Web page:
It’s been awhile since we last updated our readers on the Ralph Norman for Lieutenant Governor campaign – a.k.a. Norman’s anti-Semitic blitzkrieg against a proposed property sale at the South Carolina Farmers’ Market.
For those of you who haven’t been following this fight, Norman is attempting to queer a deal between the S.C. Department of Agriculture and developer Bill Stern over the sale of several cash-producing assets at the market.
“If Bill Stern is buying, don’t sell,” Norman told the S.C. House last year. “If he’s selling, don’t buy.”
While this website has historically embraced Norman – and bashed Stern – this fight is different. For starters, many of Norman’s claims regarding this sale have been thoroughly debunked (including his claim that taxpayers would be purchasing nothing but “empty land”). The truth is this proposed sale – which includes several money-generating sheds and a majority stake in the market’s main gate – is absolutely vital if taxpayers ever hope to recover the millions of dollars they’ve already sunk into this deal.
Anyway, we’ll have more on those specifics later …
For now … what’s driving Norman to continue fighting this deal?
Sources tell FITS the York County lawmaker is still reeling after S.C. Gov. Nikki Haley excluded him from the short list for the U.S. Senate seat vacated by Jim DeMint earlier this year. Norman claimed he was one of the frontrunners to replace DeMint – but he didn’t even make Haley’s top five.
That embarrassing defeat apparently has him working harder than ever to reclaim his relevance at the State House … and what better way to do that than to sink the Farmers’ Market deal?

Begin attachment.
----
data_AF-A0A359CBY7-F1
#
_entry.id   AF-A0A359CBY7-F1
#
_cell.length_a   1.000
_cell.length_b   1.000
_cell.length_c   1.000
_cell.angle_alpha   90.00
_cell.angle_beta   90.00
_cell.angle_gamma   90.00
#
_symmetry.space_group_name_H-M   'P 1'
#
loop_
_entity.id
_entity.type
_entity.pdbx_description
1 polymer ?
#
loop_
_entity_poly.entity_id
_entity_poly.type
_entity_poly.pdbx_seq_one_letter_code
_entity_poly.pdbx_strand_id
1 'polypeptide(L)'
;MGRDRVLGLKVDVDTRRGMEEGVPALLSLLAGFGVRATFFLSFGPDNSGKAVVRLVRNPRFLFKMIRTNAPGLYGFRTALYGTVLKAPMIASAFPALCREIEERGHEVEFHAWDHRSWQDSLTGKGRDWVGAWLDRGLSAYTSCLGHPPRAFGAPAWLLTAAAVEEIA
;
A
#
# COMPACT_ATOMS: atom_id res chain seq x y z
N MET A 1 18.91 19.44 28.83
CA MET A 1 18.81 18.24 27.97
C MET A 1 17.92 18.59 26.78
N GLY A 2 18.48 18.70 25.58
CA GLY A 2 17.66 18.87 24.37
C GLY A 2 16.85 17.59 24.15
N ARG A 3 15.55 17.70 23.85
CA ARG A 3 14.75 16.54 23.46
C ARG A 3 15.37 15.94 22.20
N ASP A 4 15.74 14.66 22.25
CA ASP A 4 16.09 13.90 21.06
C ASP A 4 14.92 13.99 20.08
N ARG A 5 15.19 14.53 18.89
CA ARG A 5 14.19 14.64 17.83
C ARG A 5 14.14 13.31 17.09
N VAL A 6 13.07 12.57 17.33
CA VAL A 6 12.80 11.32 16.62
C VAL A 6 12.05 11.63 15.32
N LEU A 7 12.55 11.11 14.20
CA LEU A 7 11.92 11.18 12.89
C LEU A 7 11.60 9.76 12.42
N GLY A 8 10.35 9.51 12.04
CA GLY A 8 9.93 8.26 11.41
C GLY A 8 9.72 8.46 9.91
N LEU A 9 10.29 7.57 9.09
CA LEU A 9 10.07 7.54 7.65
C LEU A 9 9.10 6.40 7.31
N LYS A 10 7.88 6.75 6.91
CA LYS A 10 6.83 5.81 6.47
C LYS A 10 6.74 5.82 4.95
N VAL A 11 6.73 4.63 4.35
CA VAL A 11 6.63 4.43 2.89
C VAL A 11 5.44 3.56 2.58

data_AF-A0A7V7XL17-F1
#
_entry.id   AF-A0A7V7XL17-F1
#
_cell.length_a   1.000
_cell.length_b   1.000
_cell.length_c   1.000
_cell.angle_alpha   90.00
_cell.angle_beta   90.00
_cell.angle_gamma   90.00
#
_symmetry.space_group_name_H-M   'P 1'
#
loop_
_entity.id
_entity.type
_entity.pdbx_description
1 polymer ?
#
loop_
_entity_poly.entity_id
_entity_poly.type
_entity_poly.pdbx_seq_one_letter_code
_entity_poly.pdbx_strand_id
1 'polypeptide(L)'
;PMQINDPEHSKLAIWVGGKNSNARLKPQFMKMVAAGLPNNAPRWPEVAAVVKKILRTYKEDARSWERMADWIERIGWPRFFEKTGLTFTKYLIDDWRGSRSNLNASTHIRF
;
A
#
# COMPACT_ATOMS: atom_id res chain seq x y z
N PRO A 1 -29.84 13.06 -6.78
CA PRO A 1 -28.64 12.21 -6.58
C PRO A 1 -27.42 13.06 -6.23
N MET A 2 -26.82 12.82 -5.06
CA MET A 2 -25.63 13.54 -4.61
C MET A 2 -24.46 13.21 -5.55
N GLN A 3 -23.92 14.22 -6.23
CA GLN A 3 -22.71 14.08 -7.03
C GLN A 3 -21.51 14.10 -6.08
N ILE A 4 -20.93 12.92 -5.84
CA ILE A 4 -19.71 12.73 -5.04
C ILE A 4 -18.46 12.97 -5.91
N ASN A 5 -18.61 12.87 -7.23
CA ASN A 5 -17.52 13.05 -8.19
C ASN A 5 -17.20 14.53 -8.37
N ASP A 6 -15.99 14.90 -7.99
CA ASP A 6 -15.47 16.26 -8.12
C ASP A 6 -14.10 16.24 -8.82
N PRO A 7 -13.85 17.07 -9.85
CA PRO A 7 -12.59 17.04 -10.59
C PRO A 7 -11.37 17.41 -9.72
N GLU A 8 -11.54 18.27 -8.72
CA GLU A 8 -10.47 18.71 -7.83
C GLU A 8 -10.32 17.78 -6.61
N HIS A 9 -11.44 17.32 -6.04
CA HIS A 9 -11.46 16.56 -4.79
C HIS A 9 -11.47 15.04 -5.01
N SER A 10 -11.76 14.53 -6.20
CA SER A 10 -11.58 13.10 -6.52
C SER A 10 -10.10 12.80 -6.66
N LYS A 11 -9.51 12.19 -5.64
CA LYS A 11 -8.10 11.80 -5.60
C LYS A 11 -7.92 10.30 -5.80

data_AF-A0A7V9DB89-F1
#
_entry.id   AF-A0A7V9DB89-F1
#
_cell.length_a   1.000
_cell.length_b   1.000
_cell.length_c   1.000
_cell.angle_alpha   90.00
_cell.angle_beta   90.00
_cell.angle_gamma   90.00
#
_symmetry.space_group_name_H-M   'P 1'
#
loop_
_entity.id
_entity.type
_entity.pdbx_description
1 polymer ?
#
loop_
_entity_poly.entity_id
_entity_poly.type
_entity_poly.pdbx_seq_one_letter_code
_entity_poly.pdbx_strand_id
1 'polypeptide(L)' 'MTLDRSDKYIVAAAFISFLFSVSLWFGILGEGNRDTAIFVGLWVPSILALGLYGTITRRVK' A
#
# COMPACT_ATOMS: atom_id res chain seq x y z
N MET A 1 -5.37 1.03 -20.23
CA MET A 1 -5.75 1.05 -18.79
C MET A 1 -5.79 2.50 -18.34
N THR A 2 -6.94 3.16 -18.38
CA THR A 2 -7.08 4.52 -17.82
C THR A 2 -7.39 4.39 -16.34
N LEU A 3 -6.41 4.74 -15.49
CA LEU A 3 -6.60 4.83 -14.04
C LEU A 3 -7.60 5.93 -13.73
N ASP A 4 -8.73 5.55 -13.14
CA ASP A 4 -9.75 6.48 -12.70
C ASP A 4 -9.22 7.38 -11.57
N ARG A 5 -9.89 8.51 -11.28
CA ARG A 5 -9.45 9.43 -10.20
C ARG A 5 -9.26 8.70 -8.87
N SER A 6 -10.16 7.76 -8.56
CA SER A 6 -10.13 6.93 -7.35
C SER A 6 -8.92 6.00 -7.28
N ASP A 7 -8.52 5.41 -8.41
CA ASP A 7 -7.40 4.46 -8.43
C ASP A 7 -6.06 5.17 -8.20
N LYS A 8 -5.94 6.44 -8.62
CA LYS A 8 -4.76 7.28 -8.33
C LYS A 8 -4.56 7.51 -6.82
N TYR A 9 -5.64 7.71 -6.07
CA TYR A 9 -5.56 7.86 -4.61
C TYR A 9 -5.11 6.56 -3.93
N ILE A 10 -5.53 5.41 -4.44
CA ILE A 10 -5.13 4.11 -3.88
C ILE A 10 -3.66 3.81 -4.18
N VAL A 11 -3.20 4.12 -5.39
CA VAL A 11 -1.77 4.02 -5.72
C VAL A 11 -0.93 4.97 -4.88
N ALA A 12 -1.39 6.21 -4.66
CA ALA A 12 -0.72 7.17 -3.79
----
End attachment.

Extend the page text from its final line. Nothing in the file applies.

Also, we’re told Norman remains furious with Stern over a 2006 dispute involving the sale of American port assets to Dubai Ports World – a company located in the United Arab Emirates (UAE). Norman – then a congressional candidate – adopted the position of former president George W. Bush and supported the sale. Stern – chairman of the S.C. State Ports Authority (SCSPA) – opposed it, even after Norman urged him to back the administration’s position.
Whatever is driving Norman, he’s become obsessed with this particular $3 million line item in the state budget – focusing on it exclusively as he ignores the hundreds of millions of dollars going to Medicaid expansion, higher education boondoggles and other new state spending.
We support this sale. Why? Because if the state is ever to successfully privatize the Farmers’ Market – which we believe it needs to do – then it must first control the asset (or at least the parts of it which are making money). If these money-producing assets are unloaded elsewhere, expect taxpayers to continue subsidizing this fiasco to the tune of millions of dollars a year.